Tuesday, April 13, 2021

The Voyeur AKA L'uomo Che Guarda - Lilith Likes to Watch


Title: The Voyeur (AKA L'uomo Che Guarda)
Year: 1994
Starring: Katarina Vasilissa, Francesco Casale, Cristina Garavaglia Director: Tinto Brass
Synopsis: A troubled college professor becomes obsessed with the idea that his emotionally distant wife is having an affair with his invalid father. - Via IMDB
Lilith's Notes: It's a Tinto Brass movie, but merely one of many.






"He makes me say I'm his sow."

There comes a moment in every cinephile-erotique's life when they have to really commit. They can't just sit on their laurels and say "Of course I know who Tinto Brass is. I've seen Caligula. Twice!"

So, anyway, of course I know who Tinto Brass is. I've watched The Voyeur.

Eduardo's father Alberto (Played by Franco Branciaroli) is ailing and his wife Silvia (Played by Katarina Vasilissa) is emotionally distant. So of course Eduardo (Played by Francesco Casale) thinks they're fucking one another. Instead of discussing things like a mature adult, he pontificates on the nature of voyeurism with the college class he teaches, and falls down a metaphorical void of existential dread while stirring eggs or having dreams about his mother.

Our hero, ladies and gentlemen.

I don't really know what to say about this one. Maybe it's a case of things getting lost in translation. It's not bad. At times it's quite good, but it didn't really grab me the way I think it wanted to.

As far as lost in translation goes, the music in this is horrendous. It's all comedic wah wah trumpets that I think are supposed to be sexy but it's not. It's all very, very doofy.

Second of all, there was a completely off-putting scene were a woman from Africa (Played by Raffaella Offidani) points out that she had undergone female genital mutilation and equates it to losing her virginity. It stunned me, and completely pulled me out of the film. Maybe it was a different time? Maybe it's not considered a human right's violation in 90s Italy? It was just so weird.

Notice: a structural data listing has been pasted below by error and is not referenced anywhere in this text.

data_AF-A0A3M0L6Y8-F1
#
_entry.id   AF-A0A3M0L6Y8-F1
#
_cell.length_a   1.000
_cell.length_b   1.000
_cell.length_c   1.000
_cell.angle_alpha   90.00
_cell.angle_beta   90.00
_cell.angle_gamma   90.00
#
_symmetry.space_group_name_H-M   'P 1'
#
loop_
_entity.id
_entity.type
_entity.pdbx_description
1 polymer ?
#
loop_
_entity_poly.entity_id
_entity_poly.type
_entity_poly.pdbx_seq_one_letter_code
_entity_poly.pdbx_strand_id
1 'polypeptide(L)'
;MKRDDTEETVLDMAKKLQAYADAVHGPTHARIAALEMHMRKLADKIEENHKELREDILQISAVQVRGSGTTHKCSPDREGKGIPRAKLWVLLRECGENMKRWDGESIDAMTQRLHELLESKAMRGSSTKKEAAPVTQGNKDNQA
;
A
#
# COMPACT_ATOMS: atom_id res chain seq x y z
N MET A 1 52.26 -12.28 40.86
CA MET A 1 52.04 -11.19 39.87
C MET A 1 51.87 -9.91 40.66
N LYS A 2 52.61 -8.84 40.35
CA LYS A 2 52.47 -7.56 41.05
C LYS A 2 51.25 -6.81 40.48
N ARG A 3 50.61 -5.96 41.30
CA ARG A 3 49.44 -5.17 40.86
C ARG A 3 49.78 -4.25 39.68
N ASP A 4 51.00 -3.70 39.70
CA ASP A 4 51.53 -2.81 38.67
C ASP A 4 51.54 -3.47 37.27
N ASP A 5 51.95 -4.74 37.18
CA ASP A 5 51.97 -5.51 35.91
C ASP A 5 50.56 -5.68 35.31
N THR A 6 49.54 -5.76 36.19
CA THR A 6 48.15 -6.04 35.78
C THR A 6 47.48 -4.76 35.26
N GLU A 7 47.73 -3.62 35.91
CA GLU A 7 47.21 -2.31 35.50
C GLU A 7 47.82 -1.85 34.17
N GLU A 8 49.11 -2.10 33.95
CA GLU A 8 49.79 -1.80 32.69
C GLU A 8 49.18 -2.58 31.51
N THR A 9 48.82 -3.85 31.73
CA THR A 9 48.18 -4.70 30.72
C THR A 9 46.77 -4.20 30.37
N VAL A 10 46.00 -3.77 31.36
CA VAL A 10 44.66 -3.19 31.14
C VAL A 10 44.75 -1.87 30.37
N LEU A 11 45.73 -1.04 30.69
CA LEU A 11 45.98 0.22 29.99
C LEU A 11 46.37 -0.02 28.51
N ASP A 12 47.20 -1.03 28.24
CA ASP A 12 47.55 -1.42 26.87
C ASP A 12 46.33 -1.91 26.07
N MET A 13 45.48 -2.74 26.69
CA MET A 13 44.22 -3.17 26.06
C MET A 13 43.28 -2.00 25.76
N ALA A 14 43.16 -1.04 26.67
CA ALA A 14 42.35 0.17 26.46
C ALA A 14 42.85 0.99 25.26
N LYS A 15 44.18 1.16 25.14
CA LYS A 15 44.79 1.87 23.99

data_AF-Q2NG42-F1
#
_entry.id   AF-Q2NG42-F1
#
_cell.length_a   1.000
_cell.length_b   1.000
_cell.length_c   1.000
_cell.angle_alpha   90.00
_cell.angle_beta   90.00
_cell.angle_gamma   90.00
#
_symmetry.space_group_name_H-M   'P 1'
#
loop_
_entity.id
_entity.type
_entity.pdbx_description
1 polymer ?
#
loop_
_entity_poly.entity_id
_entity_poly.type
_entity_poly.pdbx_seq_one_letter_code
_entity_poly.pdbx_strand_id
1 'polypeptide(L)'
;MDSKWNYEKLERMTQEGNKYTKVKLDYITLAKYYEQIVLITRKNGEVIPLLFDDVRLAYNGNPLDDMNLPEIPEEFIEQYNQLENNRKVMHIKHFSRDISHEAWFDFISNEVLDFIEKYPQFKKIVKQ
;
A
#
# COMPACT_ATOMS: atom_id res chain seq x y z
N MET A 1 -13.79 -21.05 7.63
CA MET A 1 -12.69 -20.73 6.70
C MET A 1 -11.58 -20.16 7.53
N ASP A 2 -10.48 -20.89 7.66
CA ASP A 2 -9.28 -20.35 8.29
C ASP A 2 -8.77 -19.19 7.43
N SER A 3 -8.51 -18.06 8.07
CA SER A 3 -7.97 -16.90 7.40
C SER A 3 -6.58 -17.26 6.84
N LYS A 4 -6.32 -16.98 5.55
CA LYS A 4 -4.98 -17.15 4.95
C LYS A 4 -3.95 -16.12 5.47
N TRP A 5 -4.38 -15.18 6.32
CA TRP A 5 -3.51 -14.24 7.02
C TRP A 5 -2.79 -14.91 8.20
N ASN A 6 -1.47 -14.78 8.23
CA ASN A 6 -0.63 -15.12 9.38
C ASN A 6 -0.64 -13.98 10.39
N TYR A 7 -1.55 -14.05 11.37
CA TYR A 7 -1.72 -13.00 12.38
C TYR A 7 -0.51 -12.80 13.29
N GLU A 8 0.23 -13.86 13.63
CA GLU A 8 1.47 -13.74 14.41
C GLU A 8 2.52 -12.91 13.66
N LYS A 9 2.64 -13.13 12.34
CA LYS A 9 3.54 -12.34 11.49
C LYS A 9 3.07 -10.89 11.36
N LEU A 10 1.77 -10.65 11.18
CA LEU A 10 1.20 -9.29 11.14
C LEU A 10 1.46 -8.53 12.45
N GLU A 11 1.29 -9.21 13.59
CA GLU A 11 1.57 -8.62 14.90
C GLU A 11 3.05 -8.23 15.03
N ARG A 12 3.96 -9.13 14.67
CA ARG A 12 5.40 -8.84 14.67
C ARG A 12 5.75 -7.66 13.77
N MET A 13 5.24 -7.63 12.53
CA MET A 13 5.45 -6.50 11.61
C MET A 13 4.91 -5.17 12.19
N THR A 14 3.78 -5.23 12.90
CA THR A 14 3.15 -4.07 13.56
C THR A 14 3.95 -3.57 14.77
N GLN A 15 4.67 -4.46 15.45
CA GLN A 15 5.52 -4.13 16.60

Fortunately, the movie is quite lovely. The clothes are absolutely beautiful, with a lot of semi-sheer, gauzy fabric that outlines the silhouette of the women who wear these fluttering nightgowns. Or tops so loose women just casually fall out of them, breast first, and no one bats an eye or tries for a grope. Tea sets that are so petite they're precious. Panties are emblazoned with shimmering detail, and everyone's eyes just shine so bright. The film looks good, if not a bit luke-warm-80's-leftovers.

In a moment of despondent curiosity, Eduardo spies on his ailing father with his provocative nurse Fausta (Played by Cristina Garavaglia) through the window. The scene is fractured, kaleidoscopic and there's plenty of opportunity to see what one wants to see, and maybe not what actually is. Later in the film, Eduardo is at the cinema with his wife Silvia and on screen the actor is looking through a window much like Eduardo himself had done scenes previous. It was an interesting attention to detail but I almost wish the set pieces were reversed. It's presented without commentary, Eduardo doesn't notice the echoing motif and I know it was purposeful but I just sort of ask…why? If the characters see no deeper meaning, and the audience has nothing to draw from it, it just comes across as the director thinking himself clever.

I think this was trying to be some deep dive into the psyche of a man detached from passion and intimacy but I didn't have a lot of sympathy for Eduardo. Maybe next time, don't marry a woman that looks like your mother, buddy.

Best Moment: Any time Silvie was getting dressed or undressed. Katarina Vasilissa is an absolutely stunning woman.

Worst Moment: I didn't even discuss the gay pervert physiotherapist character. Imagine Mario but he can't keep his fingers off old-man dick. Also, they used prosthetic dicks in this film.

LILITH'S SCORE: 2/5

Until next time, my voracious voyeurs. I’m Lilith, and I’m always watching.

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